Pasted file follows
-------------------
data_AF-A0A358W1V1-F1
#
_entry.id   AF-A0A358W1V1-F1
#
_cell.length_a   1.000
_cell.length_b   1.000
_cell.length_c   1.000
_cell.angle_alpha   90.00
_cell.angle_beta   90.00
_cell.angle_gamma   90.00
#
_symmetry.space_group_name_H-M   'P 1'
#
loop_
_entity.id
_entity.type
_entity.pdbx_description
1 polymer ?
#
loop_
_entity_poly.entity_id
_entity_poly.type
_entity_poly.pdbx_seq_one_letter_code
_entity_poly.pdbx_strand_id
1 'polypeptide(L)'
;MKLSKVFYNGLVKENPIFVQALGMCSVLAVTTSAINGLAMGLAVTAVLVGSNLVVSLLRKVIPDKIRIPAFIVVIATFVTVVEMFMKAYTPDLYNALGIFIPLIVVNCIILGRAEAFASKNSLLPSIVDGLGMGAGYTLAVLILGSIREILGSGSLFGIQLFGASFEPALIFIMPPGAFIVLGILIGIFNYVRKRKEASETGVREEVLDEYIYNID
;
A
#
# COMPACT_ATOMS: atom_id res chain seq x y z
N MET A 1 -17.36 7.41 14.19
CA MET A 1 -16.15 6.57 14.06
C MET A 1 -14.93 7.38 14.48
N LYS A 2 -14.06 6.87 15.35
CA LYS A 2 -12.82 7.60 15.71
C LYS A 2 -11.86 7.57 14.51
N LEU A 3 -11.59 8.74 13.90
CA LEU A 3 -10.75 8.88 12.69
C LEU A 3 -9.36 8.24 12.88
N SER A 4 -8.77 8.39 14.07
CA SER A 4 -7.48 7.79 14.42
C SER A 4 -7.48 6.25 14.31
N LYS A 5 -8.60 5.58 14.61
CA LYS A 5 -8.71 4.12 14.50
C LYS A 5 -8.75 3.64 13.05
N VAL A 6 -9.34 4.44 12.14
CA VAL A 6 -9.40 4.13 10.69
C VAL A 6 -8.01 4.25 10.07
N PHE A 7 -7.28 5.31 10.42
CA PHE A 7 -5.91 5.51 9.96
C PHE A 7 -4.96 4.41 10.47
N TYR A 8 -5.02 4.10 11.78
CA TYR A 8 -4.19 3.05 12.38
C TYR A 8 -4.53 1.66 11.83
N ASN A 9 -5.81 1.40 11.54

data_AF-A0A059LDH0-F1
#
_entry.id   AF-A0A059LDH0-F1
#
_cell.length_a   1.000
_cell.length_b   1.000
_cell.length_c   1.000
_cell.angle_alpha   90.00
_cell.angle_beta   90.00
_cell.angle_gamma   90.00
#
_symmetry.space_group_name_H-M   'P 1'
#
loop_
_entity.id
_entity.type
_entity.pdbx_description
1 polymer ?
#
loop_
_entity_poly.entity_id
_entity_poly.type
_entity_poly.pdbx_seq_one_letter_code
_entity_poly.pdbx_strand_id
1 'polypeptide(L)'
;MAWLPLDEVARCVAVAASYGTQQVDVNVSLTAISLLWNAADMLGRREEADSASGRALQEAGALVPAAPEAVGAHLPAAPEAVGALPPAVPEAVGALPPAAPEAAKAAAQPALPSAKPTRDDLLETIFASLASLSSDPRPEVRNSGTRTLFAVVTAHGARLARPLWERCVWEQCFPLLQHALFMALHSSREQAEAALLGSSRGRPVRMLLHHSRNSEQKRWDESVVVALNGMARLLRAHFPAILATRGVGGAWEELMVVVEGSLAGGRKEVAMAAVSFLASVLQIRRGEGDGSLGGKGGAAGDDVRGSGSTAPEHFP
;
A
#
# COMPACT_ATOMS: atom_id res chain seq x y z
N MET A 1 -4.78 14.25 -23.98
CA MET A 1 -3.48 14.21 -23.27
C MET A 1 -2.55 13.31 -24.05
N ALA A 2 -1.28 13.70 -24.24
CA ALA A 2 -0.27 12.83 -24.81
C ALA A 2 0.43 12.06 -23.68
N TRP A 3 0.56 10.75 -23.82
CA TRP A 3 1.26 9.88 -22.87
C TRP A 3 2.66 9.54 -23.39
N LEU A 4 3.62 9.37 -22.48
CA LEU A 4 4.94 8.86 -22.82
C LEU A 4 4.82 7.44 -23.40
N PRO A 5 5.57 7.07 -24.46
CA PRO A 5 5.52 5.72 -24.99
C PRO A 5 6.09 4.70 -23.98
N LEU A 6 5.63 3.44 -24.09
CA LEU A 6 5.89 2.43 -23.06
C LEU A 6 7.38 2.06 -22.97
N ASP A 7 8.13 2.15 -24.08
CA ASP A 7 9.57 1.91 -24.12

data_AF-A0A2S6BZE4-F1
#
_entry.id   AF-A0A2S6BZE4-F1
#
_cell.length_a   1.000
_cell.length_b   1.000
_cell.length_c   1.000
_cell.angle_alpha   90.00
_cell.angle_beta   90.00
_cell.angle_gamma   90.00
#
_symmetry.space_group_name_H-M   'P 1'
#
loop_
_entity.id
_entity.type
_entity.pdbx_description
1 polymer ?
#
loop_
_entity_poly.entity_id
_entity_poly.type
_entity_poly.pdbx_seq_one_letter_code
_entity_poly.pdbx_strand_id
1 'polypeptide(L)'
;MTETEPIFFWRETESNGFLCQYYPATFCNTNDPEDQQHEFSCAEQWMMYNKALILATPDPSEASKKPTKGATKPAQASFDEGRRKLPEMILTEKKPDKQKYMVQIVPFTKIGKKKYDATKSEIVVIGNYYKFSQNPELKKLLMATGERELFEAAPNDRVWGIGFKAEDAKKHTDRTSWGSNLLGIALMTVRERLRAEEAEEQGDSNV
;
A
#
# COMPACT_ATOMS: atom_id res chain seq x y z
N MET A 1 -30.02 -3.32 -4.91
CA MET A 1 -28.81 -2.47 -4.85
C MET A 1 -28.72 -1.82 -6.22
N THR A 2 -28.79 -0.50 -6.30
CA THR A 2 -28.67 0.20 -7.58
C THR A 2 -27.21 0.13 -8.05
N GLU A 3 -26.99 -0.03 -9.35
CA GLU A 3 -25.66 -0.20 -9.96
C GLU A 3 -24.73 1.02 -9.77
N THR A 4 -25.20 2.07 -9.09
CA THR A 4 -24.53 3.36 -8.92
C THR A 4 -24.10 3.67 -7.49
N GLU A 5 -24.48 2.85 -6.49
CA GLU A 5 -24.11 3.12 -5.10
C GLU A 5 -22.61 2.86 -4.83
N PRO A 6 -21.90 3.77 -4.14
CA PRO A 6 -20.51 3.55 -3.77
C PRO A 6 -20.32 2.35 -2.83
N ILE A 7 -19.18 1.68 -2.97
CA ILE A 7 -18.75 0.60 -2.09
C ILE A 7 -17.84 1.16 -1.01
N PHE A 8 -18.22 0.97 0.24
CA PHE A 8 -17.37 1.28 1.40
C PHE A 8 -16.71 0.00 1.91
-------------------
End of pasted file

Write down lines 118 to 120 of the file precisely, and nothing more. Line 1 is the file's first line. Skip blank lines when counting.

#
loop_
_entity.id